Fixed Stake Or Fixed Liability Laying

When we look at laying horses we have the option to place our bets to a fixed stake or a fixed liability. What is the difference between these two types of staking and is there a benefit to using one or the other?

These are questions that I’m going to answer in todays article. First of all I want to make sure that the process of laying is clear as it can be somewhat confusing. Laying was brought into existence for the normal punter with the advent of betting exchanges. A layer is somebody who offers odds an event. Traditionally this would be only available through bookmakers who offer you odds on an event and take the risk of having to pay you out should the event end in your favour.

Betfair changed the face of betting by creating a market that allowed the normal punter to offer odds on an event, thereby effectively betting on an event to finish unfavourably for the person who is placing the bet with them.

In horse racing, when you lay a horse then you are betting that the horse won’t win the race (or place if you are doing it in the place market). However the odds you are offering (when you take them on Betfair) are what you are prepared to risk that the selection won’t win. For example if you take odds of 5.00 (4/1) to lay on a horse for £1 then if this horse goes on to win, you will have to pay out £4. The punter who matched your 5.00 odds bet £1 at odds of 5.00 so if the horse wins they will be expecting you to pay them out £4 plus their £1 stake back. If the horse loses then you take their £1 stake as your profit.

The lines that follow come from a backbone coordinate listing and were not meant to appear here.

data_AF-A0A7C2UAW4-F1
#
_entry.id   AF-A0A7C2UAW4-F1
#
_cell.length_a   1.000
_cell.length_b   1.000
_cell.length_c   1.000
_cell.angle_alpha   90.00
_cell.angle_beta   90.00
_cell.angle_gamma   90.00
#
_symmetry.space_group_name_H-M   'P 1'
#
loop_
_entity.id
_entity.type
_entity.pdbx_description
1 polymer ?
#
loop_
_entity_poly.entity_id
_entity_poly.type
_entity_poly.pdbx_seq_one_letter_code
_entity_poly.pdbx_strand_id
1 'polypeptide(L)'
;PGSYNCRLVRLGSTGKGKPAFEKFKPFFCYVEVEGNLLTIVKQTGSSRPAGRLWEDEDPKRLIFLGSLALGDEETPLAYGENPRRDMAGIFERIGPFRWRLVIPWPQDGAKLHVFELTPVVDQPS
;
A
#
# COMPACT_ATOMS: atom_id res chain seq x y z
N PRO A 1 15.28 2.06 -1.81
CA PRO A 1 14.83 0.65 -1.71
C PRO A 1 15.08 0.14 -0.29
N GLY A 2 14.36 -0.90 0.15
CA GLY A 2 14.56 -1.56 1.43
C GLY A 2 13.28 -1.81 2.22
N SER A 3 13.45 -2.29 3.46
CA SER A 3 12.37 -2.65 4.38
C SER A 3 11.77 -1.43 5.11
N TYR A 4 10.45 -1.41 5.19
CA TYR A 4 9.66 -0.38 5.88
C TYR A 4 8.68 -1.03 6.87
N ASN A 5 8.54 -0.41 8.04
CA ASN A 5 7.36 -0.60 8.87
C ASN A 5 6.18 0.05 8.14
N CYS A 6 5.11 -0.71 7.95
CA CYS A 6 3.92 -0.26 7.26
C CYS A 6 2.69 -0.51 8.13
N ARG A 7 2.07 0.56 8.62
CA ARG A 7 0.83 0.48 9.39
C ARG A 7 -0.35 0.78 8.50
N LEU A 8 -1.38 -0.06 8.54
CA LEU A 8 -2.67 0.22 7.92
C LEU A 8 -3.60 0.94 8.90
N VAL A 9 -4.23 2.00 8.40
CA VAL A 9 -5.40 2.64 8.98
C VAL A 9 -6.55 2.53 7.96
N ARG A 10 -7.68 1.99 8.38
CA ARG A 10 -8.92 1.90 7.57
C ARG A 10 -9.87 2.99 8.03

This is how laying works. You take over the part of the bookmaker and so you have to pay out when the horse wins.

So what is fixed liability and fixed staking?

Let’s begin with fixed staking because it is the simplest of the two forms. Fixed staking means that when you bet you place the amount you want to take should the horse lose. For example, if you laid £50 on a runner then if the horse lost you would get a £50 return (minus Betfair’s commission). However you are going to be liable for a lot more than £50 if the horse should win. If the horse wins at odds of 5.00 then you are going to be liable to pay out £50 x 4 or £200 as this is what the punter who has taken your offer of 5.00 odds would expect to be paid if the horse wins.

This means that using fixed staking for laying means you need to bet a much smaller fraction of your bankroll than you may be used to. It is common to bet no more than 0.5% of your bankroll on each selection when using this type of staking. If you are laying at higher odds then you may want to reduce this to 0.1% of your bankroll. Don’t be fooled by the small figures. If you want to make a profit from betting then money management is absolutely crucial. There is no point in betting bigger stakes and risking your entire bankroll, you should be building slowly but surely.